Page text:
By agreement of purchase made May 6, 1933, and May 8, 1933, respectively, 10,000 shares of the common stock of your company were issued in exchange for 10,000 shares of the common stock of Maister Laboratories, Inc., the only shares then issued of the 25,000 authorized shares, and 15,000 shares of your company were issued for majority control and ownership of Noxon, Inc., your company receiving in exchange 2,700 shares of the preferred stock of Noxon, Inc., of the issue of 3,000 shares issued, and 3,900 of the 6,000 shares of common stock as authorized.
In view of the general banking situation, it was deemed important by your officers and directors to improve your company's financial condition by increasing its common capital. This was carried out by the approval of the stockLolders which expired July 5, 1933.
Your business is continuing in a satisfactory manner. Somewhat different merchandising plan has been pursued this year as compared to 1932, with the result that antifreeze-alcohol sales have been postponed until the latter part of this year rather than attempt to move this material in the month of June as heretofore.
It is hoped you will appear in person at the special meeting, or return your proxy, so that action can be had with your consent. Respectfully yours,
RICHARD H. GRIMM,
President. RUSSELL R. BROWN,
Chairman of the board.
Mr. Brown, this constitutes all the specific information given to the stockholders?
Mr. Brown. Yes, sir.
Mr. PECORA. Regarding those acts and transactions of the corporation?
Mr. BROWN. Yes, sir.
Mr. PECORA. There was nothing told to the stockholders in this letter, if you will notice, of that action taken by the board which authorized the creation of an underwriting syndicate to underwrite an issue of forty-and-odd thousand shares of capital common stock of the company that were offered to stockholders and subscribed for by the then-existing stockholders, was there?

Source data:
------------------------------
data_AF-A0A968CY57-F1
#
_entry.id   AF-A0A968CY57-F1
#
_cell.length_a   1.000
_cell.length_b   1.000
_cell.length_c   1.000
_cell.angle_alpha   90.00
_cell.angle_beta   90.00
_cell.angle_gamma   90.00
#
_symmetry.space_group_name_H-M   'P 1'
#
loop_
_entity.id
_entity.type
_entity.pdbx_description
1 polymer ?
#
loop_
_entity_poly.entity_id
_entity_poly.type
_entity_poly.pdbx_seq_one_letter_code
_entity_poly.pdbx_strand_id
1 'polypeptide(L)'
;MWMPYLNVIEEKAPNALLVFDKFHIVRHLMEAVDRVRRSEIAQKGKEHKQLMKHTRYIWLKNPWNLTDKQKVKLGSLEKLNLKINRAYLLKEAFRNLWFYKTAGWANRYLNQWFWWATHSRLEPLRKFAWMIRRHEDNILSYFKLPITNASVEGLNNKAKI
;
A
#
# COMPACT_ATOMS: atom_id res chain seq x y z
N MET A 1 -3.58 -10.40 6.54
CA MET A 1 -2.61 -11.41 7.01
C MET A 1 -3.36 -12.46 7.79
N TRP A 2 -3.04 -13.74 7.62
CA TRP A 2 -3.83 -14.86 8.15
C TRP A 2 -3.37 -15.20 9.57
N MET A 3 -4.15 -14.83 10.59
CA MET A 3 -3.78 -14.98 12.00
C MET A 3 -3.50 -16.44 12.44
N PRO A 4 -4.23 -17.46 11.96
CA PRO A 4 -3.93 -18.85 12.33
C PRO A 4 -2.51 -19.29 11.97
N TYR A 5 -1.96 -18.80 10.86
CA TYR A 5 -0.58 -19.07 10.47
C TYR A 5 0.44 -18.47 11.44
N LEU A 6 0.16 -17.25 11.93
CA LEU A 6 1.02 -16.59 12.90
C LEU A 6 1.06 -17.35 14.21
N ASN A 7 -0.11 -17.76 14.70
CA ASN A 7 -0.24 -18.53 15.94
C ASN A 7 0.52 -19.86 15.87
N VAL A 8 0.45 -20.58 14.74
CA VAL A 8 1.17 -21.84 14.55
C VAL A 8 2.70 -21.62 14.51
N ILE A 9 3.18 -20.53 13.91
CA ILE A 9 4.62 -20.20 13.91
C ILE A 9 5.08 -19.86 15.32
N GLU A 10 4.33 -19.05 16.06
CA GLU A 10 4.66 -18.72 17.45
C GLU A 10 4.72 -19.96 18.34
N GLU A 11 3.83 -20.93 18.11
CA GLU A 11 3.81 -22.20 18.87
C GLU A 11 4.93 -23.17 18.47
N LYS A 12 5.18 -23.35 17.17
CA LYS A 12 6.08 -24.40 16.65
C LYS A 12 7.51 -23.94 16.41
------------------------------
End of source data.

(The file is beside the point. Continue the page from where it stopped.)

Mr. BROWN. No, sir.
Mr. Pecora. There was nothing told to stockholders about the secret interest that you and other officers and directors of the company had in that underwriting agreement, was there?
Mr. BROWN. No, sir.
Mr. PECORA. There was nothing told to stockholders with regard to the actual assets or the value of the assets of either Maister Laboratories, Inc., or Noxon, Inc., was there?
Mr. Brown. No, sir.
Mr. PECORA. There was nothing told to stockholders in any way, shape, or form that notified or informed them that in the organization of Maister Laboratories, Inc., and Noxon, Inc., the American Commercial Alcohol Corporation dealt with two dummies of your selection, was there?
Mr. Brown. No, sir.
Mr. PECORA. And the stockholders were not in any way informed of the fact of the giving of this option to Thomas E. Bragg of 25,000 shares of the capital common stock of the company at $18 a share, were they?
Mr. Brown. No, sir. Mr. PECORA. Or the fact that you and other officers and directors of the company were secret participants with Bragg in the pool that was organized to operate under that option?
Mr. Brown. No, sir.
Mr. PECORA. And yet it was expected that those stockholders would give their proxies to the very same officers and directors who were associated with you in that underwriting agreement and in that Bragg syndicate account?